Victor’s eldest sons, Bolaji and older brother Akin, lived the untroubled lives typical of the children of a well known and prosperous father. “Bolaji had a hippy lifestyle,” says Boyega. “Carefree, cruising around in Dad’s sports car from the age of sixteen. Very hip.” But Victor gave his children more than material gifts, and entrenched in them deep wells of confidence. “My father was always charming and influential,” says Boyega. “We grew up like that. We all felt secure at any point in time to be individuals and believe in ourselves.”

In 1967 Nigeria was plunged into a bloody three-year civil war, during which time the political apparatus lunged from coup to counter-coup and alternated between various democratically-elected governments and military dictatorships. Meanwhile, the breadth of the country continuously lapsed into large-scale riots and massacres with Eastern Nigerians being targeted in particular. “I was a boy then,” explained Boyega, “but I remember my father was attending civil defence classes, so when we heard sirens we all gathered together in the storage room, and at another occasion because of the sensitive position of our dad as the head [of the NBC], we heard rumours that the federal soldiers were coming to occupy our compound, and we were evacuated to our relatives the whole day until very late that night.”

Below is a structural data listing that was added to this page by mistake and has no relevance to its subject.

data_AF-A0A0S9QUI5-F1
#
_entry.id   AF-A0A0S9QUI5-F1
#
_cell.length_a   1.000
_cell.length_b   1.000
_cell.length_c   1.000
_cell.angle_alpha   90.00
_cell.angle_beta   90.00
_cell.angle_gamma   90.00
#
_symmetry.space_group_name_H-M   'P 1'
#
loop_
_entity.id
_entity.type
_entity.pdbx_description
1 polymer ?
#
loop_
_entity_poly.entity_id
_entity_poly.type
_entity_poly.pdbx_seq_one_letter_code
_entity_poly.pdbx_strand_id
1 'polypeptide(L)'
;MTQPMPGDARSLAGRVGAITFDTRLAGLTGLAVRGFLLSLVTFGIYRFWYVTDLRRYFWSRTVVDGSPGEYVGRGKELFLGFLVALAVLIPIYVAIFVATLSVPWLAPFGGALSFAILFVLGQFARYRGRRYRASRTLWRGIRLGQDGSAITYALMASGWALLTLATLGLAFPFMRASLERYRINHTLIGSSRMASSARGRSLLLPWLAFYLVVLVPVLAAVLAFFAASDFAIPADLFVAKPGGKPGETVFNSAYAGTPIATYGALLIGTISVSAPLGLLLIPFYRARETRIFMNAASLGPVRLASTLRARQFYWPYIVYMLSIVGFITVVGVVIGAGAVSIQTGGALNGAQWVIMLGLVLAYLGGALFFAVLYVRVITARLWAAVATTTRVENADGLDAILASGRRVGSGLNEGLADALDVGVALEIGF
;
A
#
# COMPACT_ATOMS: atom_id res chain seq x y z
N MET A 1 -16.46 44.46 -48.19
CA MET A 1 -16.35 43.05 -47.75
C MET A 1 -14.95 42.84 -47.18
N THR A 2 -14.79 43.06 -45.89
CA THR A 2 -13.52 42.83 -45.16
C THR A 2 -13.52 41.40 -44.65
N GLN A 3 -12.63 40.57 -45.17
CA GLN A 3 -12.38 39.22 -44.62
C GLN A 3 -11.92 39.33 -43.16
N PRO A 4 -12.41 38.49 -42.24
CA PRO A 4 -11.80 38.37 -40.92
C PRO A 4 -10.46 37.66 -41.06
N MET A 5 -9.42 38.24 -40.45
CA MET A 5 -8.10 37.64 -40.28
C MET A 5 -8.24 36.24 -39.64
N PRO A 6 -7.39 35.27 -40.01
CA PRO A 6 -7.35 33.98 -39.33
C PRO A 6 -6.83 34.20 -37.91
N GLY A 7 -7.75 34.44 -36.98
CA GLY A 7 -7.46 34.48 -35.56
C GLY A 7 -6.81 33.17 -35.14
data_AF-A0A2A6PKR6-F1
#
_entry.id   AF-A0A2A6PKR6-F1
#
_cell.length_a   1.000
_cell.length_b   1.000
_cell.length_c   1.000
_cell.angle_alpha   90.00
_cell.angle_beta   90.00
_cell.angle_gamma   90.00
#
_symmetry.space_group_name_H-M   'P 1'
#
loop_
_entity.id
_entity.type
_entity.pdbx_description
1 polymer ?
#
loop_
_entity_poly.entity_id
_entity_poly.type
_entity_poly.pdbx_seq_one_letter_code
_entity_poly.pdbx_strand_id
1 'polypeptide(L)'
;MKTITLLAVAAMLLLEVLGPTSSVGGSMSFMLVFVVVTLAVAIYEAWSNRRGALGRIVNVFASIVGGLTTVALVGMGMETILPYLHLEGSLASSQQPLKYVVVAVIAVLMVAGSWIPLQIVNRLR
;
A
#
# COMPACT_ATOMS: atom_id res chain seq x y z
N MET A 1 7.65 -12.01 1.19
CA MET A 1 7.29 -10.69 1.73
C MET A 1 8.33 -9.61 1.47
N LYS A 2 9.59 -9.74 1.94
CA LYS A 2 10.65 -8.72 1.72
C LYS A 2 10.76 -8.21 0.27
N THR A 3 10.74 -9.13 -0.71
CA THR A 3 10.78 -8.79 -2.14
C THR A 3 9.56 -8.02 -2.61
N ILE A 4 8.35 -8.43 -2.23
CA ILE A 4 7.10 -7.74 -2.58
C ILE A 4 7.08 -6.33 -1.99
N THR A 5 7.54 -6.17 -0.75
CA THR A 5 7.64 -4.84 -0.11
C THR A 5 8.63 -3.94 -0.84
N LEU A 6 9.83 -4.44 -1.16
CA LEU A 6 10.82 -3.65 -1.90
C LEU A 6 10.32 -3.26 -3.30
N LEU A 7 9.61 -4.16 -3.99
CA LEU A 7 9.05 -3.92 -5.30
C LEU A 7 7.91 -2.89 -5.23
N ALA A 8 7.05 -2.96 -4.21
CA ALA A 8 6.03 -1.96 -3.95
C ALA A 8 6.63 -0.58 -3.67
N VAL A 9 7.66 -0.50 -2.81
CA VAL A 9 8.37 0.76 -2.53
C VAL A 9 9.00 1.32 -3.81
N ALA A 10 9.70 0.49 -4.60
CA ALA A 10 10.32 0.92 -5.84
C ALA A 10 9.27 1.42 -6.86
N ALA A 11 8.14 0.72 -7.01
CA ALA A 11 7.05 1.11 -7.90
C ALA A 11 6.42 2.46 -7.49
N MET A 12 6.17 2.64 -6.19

In 2008 Chinua Achebe, author of the classic Things Fall Apart, revealed that during the turmoil Victor Badejo had given him some life-saving advice when Achebe (whose cousin had been an Eastern Nigerian army officer killed in the chaos) became a target of the warring military factions. “I was then director of broadcasting,” Achebe told observer.gm, revealing that his staff “Called me and they said, ‘Soldiers are looking for you. They said they want to see which is stronger, your pen or their gun.’ So I picked up the phone and dialled Victor Badejo, who was the Director-General. I said, ‘Victor, what is this story?’ He said, ‘Where are you?’ I said, ‘I’m at home.’ He said, ‘Take Christie and your children and leave.'”